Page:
Weninger’s Lives of the Saints – Saint Narcissus, Bishop of Jerusalem

detail of a stained glass window of Saint Narcissus of Jerusalem; Didron of Paris, c.1875; Church of Saint-Barthélémy in Bénévent-l'Abbaye, Creuse, Nouvelle-Aquitaine, France; photographed on 13 April 2018 by GFreihalter; swiped from Wikimedia CommonsArticle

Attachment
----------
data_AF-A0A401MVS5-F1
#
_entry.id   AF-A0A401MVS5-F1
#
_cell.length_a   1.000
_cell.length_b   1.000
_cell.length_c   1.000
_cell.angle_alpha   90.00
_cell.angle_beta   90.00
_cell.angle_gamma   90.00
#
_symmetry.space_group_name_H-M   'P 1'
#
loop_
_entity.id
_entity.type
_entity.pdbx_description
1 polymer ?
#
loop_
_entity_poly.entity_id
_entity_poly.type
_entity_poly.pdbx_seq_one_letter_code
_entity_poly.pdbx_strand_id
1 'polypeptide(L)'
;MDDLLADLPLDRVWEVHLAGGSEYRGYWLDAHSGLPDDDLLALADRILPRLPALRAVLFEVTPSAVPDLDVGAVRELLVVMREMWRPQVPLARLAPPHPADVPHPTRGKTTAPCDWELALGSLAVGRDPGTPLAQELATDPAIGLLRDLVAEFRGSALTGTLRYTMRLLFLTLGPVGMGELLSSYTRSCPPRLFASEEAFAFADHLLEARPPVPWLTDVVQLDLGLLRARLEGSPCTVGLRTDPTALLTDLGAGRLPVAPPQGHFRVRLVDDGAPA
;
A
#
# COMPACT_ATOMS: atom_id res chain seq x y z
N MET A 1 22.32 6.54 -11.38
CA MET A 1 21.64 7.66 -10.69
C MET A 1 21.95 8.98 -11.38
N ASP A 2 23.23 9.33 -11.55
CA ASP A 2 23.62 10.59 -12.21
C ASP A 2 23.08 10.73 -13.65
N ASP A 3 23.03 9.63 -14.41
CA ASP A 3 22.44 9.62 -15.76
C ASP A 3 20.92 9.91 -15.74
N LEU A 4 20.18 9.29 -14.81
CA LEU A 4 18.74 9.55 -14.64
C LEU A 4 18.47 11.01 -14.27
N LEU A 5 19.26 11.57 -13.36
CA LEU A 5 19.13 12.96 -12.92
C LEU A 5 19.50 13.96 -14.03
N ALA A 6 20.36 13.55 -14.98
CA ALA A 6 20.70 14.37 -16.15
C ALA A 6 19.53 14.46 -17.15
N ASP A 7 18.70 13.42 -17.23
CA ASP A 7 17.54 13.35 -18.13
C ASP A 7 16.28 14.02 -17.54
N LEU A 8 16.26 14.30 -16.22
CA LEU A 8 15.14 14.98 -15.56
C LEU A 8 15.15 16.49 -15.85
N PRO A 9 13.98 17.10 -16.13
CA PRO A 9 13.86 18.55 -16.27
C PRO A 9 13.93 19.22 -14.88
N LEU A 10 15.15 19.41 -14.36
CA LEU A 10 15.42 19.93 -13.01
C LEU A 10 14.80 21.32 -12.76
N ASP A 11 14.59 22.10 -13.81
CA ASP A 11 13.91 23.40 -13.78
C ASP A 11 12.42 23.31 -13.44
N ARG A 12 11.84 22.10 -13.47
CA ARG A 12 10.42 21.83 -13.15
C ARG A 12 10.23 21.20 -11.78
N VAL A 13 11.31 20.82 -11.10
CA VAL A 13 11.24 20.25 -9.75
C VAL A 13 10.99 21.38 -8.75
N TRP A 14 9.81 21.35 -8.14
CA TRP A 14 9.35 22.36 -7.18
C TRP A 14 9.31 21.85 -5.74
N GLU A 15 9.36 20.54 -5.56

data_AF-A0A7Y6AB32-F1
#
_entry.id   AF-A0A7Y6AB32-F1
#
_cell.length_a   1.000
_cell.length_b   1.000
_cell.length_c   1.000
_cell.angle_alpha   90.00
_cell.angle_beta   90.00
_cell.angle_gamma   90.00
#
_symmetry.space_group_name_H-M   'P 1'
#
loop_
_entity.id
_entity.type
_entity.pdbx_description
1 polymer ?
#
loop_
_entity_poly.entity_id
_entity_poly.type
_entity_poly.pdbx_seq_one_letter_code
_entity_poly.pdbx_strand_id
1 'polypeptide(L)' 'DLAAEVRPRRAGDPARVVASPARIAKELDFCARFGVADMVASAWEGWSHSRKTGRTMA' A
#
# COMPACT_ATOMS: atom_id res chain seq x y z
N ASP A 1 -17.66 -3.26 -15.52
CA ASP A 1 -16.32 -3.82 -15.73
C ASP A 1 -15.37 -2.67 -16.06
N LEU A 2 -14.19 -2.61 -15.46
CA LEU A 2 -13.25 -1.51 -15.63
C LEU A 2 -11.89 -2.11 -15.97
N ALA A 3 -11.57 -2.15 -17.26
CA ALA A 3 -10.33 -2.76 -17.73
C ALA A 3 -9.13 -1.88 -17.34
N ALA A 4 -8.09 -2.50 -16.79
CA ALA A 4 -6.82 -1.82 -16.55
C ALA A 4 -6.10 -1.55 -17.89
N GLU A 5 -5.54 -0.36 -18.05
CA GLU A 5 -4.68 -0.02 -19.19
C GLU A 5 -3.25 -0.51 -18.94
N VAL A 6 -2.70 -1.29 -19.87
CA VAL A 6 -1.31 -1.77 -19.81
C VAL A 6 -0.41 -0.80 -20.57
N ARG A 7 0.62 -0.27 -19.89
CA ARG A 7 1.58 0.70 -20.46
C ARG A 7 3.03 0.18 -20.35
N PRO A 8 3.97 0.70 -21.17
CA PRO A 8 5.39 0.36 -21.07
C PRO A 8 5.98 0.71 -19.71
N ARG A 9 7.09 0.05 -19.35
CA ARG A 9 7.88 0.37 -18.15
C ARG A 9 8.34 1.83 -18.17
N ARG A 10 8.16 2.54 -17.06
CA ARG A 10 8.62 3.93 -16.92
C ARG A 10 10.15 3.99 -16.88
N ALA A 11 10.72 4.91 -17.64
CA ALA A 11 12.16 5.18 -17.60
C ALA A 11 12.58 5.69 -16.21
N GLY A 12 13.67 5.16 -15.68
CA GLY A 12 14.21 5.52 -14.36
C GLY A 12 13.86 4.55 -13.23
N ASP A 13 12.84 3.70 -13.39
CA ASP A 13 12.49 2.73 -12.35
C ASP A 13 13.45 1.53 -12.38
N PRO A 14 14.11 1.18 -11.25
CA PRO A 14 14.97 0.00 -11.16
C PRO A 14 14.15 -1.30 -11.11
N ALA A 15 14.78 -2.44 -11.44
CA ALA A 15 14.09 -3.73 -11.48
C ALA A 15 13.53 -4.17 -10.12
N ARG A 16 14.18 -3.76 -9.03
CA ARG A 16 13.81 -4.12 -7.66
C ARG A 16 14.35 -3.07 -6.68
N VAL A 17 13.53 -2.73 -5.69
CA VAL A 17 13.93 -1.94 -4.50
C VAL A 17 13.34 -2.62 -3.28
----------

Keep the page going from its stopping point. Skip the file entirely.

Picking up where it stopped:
It would be a difficult task to find a bishop, who governed the flock entrusted to his care so many years, and who reached so high an age as Saint Narcissus; for, he administered the church of Jerusalem with apostolic zeal, during 80 years, and reached the 106th year of his age. He was born at Jerusalem, in the first century of the Christian Era. From his youth he manifested a great desire to obtain the knowledge of divine truth, and was unwearied in acquiring it. As soon as he was ordained priest, he was so zealous in instructing the Christians, in proclaiming the word of Christ, in visiting the sick and in the spiritual labors required by his position as a minister of the Lord, that on the death of the Bishop of Jerusalem, he was chosen to succeed him. Invested with this dignity, he redoubled his zeal, and his daily labor consisted in preaching, instructing and exhorting, by which he endeavored to strengthen those under him in the true faith, to keep them from evil and incite them to all good. He was an enemy to vain and empty pastimes, and would never hear of amusements or bodily comforts. In his speech, he observed a wonderful care and prudence; he detested all empty conversations as a loss of precious time. No one was allowed to utter sinful words in his presence; and as a watchful shepherd, he was constantly guarding his flock from the raging wolves, the heretics. As much as he was hated by the latter, so much was he beloved by the former. His learning, virtue and holiness made him esteemed and venerated by all, and his fame was augmented still more by the many miracles which the Almighty wrought through him. Among other things, it is said that once, at Easter, he changed water into oil, some of which was kept over a hundred years, as by the use of it many sick were immediately restored to health. Notwithstanding this, some wicked inhabitants of Jerusalem dared to accuse the holy bishop of some great crime, to revenge themselves for having been punished by him for their misdeeds. They even had the audacity to confirm their malicious calumny with oaths and imprecations; one wishing that he might be burned alive if he did not speak the truth; the second, that God might punish him with leprosy, or some other terrible disease; the third, that he might lose his sight. The holy man, seeing himself so grossly calumniated, forgave his enemies from the depth of his heart, but refused to remain in the city. Secretly going away, he went into a far distant wilderness, where he lived in solitude, his only occupation being prayer, meditation, and devout reading. God, however, made the innocence of His faithful servant known by the punishment of his calumniators. The house of the first suddenly took fire, and both he and His family were burned in it; the second was seized with so dreadful a leprosy, that until the end of his life, he could not appear among men; the third, seeing his two companions so terribly punished, repented of his crime, and confessed the wrong done to the bishop; openly declaring that the accusation against the holy man had been a malicious slander. His contrition was so great, that from the continual tears he shed, he at last lost his sight.